On the Afghan Migrant Crisis: the EU Should Build Bridges, Not Walls

September 9, 2021 Topic: Afghanistan Region: Europe Blog Brand: The Buzz Tags: AfghanistanRefugee CrisisEuropean UnionFranceGermany

On the Afghan Migrant Crisis: the EU Should Build Bridges, Not Walls

We need world leaders to show leadership, to proactively articulate why Afghan migration should be welcome.

Just days after the beginning of the Afghanistan crisis, world leaders (though calling many of them leaders seems rather generous) were warning of the potential for an Afghan migrant crisis with hundreds of thousands, if not millions of people, fleeing the country—to either its immediate (and rather unstable) neighbors or to Europe. 

With the French election months away and the German election mere weeks away, Europe’s most important countries risk having their politics derailed by this crisis. Macron, in particular, made this clear when he mentioned the need for an EU response to migration in his televised address on the day of Biden’s failed withdrawal. 

These national leaders aren’t afraid of Afghan migration. They’re afraid of the political reaction to this migration. Whilst polls may show large majorities in most Western-European countries in favor of resettling significant numbers of Afghan refugees, our national leaders suspect this may prove to be a mirage. The closer we draw to elections, the less support migration will foster. 

Accordingly, the EU has already sprung into action on a €600 million package to stem the flow out of Afghanistan. Pre-planning is wise, if it can be called pre-planning at this late time, but this money must be directed towards real assistance, not fences. 

This time there must be no fortress, no barricades dividing Europe, no deals with dictatorships made to stem the migratory flow. Whilst in 2015 it may have been politically expedient to create these barriers to Europeanism, we must not repeat this. We cannot let the situation get to the point where walls are the preferred solution instead of the bridges we need. 

Bridges, however, need to be anchored into the pre-existing ground—-the failure of politicians to anchor pro-migration politics in the culture is what risks the previous backlash. We need world leaders to show leadership, to proactively articulate why Afghan migration should be welcome. The greatest failure of 2015 was the assumption of long-term support. ProclaimingWir schaffen das (We can do this) wasn’t enough then, and it won’t be enough this time. The message from our leaders today must consistently be “Wir sollten” (We should). 

Most importantly, our leaders should make it clear that welcoming migrants is not just essential to preserving Europe’s collective morality, it’s also smart financial policy to welcome Afghans who are offering real bread-and-butter benefits to European citizens.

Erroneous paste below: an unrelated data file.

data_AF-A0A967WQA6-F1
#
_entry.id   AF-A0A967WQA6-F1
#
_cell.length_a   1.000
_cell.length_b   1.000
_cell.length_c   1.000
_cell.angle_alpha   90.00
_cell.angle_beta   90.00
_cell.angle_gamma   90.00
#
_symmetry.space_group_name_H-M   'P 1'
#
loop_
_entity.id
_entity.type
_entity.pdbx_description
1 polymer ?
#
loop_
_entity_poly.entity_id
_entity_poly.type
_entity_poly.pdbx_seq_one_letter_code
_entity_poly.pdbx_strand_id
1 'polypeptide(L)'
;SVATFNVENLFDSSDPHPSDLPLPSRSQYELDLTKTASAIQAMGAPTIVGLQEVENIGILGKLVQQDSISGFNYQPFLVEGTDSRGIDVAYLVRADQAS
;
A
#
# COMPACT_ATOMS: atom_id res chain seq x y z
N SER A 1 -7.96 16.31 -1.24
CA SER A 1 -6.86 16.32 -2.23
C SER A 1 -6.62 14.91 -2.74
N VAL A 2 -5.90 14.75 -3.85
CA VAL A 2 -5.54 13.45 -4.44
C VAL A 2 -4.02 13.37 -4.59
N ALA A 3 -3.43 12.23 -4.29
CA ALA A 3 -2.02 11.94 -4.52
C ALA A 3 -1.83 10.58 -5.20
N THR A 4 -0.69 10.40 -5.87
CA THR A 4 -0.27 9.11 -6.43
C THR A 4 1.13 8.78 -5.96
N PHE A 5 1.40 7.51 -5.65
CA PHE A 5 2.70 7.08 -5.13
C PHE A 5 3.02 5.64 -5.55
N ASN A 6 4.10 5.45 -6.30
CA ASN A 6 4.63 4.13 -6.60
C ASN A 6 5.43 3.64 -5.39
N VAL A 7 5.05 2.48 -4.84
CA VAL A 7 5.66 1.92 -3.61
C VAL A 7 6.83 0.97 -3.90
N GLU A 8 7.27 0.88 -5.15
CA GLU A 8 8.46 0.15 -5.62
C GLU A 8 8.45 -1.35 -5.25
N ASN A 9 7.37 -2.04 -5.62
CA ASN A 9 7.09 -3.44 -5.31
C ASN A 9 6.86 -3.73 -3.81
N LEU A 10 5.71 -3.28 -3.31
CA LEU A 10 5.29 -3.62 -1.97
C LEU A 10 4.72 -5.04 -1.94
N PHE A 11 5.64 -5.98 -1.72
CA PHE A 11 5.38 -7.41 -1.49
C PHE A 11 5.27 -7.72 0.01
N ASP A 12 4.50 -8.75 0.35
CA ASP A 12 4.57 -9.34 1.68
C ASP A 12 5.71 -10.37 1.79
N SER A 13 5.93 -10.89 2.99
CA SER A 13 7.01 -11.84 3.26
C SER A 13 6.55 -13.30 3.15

The relative demographic decline of Europe—and of Germany in particular—means an increasing strain on pension systems and, unless Modern Monetary Theory becomes au fait, it will necessitate drastic increases in taxes. There is however an alternative to raising taxes or cutting spending—that is to add a population of risk-taking, pro-liberty, working-age people to our societies. To prevent the 65 percent increase in the dependency ratio that’s currently forecasted, something has to change. And luckily, evidence from Germany shows change is on the horizon as pre-COVID Syrian migrants moved to plug a significant number of mid-skilled jobs in Germany’s hyper-tight labour market, becoming new taxpayers and allowing for Germany’s continued industrial success. 

We must also remember that the political ramifications of 2015’s migratory wave have almost entirely passed with “Historian” Naill Ferguson’s prediction that the anti-migrant Alternative for Germany (AfD) would become the second-largest political party being not just disproven but exploded with the AfD now polling at a low fourth and having been trounced in several state elections. Indeed, it seems the only place where the ramifications are really being felt is in the column inches of the Express.

Another type of rhetoric our leaders need to counter is the notion that tough border policy stops migration and ultimately saves lives. The evidence from Italy is clear: the only demonstrable difference between Salvini’s Mediterranean drowning policy and the previous sea-shepherd policy is that deaths were exponentially higher under Salvini with no real change in migrant numbers.

The Mediterranean should remind us of exactly why we cannot turn our backs on Afghan migrants in the way that we have with their country. We have already seen the consequences of ignoring Mediterranean migration, and those consequences look like a watery graveyard with children’s bodies washing up on humanity’s shore. They look like seventy-one people dying like cattle in the sweltering heat of a smuggler’s truck.

What about concerns over the different values of the people coming to Europe? Will migrants accept the diversities we are rightly proud of? Our leaders should be quick to point out two things. Firstly, that few people share our values more than these migrants. They’ll include those who worked with the West to fight the Taliban, female Afghans who are finding their position in society regressing to the eighth century, and LGBTQ Afghans who face genocide. 

Secondly, and most importantly, our leaders must reiterate that in trying to assess who fits our values, who “deserves” to come to Europe, we must hold fast to the values we are trying to defend. Angela Merkel summed it up best in 2015 when she commented that the barriers put up to ‘protect European freedom’ were akin to the barriers of the Warsaw Pact used to crush it.  

Alexander Bowen is a Contributor for Young Voices, a Politics & Government student at SciencesPo Paris, and an EU Youth Ambassador.

Image: Reuters.